Motorcycle Helmet Failures
 

Motorcycle helmet failures result in unparalleled settlements for brain-injured riders

The Christopher Symons Case
On April 23, 1995, 16-year-old high school student Christopher Symons, a resident of Naples, Florida, was riding his Honda motor scooter to work on a residential street in Naples, when another motorist ran a stop sign in front of him, causing a collision. Although it was an extremely low-speed collision, and although Christopher was wearing a full-face motorcycle helmet, he suffered catastrophic brain injuries, which left him wheelchair-bound and with permanent speech and motor skill dysfunction.

At the time of his collision, Christopher was wearing a "Griffin GS 520" motorcycle helmet, manufactured by the Canadian company "Griffin Products, Inc." He did not suffer any broken bones or injuries in the collision whatsoever, except his severe brain injury. "The Griffin motorcycle helmet provided Chris Symons with a false sense of security, which is one of the most dangerous things of all," said Plaintiffs’ counsel David Bright, of the law firm of Watts Law Firm.

The James Hemphill Case
Two years later almost to the day, on April 22, 1997, 24-year-old James Hemphill, a resident of Ocala, Florida, was riding his Suzuki motorcycle on a similar residential street in his hometown, when a motorist failed to yield the right-of-way in front of him, causing a collision. Like Christopher Symons, James Hemphill was wearing a full-face motorcycle helmet. Like Christopher Symons, James Hemphill suffered a low-speed collision. Once again, although it was an extremely low-speed collision, and although James was wearing a full-face motorcycle helmet, he suffered catastrophic brain injuries, which left him with permanent speech, motor skill, and cognitive dysfunction.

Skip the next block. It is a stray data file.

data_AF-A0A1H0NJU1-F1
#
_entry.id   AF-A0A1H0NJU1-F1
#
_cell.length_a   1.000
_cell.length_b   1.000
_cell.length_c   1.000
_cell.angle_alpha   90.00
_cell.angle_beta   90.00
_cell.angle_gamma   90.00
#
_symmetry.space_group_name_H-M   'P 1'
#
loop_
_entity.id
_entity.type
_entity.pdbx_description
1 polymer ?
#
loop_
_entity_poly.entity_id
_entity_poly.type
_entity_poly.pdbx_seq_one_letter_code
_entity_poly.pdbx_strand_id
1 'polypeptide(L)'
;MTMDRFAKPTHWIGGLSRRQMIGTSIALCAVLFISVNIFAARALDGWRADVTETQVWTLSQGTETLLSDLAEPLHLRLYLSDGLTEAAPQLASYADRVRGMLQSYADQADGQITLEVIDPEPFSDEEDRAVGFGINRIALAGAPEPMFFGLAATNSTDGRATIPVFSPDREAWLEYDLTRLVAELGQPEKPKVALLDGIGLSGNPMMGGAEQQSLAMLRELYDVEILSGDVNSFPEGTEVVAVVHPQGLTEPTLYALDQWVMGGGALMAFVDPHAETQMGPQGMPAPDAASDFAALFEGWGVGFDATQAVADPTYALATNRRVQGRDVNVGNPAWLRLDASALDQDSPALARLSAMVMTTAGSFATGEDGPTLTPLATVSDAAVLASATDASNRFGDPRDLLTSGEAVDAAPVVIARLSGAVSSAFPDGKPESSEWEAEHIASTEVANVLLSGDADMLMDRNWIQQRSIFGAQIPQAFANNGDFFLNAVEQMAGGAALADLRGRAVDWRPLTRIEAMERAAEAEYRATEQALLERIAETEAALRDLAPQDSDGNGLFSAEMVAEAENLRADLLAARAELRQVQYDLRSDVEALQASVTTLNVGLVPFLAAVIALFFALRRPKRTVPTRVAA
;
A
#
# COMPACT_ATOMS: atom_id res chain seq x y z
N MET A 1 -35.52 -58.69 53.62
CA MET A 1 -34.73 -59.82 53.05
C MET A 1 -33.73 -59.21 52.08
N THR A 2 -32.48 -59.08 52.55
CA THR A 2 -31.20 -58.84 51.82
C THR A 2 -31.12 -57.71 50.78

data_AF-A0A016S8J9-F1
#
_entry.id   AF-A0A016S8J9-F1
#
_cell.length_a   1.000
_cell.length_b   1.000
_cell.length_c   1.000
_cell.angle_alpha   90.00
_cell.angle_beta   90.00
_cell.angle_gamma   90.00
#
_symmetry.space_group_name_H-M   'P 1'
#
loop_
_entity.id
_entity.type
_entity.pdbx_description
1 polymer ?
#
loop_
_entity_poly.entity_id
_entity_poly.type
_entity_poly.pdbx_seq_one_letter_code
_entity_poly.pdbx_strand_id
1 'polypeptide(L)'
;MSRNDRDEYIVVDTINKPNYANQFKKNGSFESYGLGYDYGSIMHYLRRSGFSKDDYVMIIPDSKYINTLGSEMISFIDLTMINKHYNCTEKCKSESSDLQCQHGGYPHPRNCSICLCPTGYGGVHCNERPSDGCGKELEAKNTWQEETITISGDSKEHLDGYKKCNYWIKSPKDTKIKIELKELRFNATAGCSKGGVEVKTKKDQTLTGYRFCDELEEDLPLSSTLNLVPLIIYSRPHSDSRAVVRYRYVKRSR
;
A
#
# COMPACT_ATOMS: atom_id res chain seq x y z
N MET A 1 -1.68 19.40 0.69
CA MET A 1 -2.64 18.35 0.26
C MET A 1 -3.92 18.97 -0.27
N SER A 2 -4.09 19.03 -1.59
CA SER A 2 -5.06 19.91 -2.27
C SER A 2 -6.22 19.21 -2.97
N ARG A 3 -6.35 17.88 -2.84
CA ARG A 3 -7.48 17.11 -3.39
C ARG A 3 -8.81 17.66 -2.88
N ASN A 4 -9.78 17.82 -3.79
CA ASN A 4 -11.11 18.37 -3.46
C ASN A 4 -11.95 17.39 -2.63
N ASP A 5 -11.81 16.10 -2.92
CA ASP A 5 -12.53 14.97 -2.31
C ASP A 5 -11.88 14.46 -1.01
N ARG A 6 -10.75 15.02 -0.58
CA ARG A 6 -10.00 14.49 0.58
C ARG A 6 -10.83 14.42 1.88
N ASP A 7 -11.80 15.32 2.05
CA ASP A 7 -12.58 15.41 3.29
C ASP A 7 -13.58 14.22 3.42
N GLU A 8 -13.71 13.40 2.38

Ironically, at the time of his collision, James Hemphill was wearing a "Helmtec 510" motorcycle helmet, manufactured by the same Canadian company that made the Griffin helmet that Christopher Symons was wearing in his accident two years earlier. In James Hemphill’s accident, his motorcycle helmet shattered upon impact, leaving him with numerous head and facial fractures, including a basilar skull fracture.

Further investigation revealed that Christopher Symons’ "Griffin GS 520" and James Hemphill’s "Helmtec 510" were actually identical helmets. They are, in fact, the same helmet model, made by the same company and sold under different brand names and model numbers. James Hemphill’s helmet only provided the appearance of safety," said Plaintiffs’ counsel Mikal Watts, of the law firm of Watts Law Firm.

Symons and Hemphill filed separate lawsuits in Federal court against the companies that manufactured their helmets, alleging that the helmets failed to protect them from head and brain injuries, even in their low-impact accidents.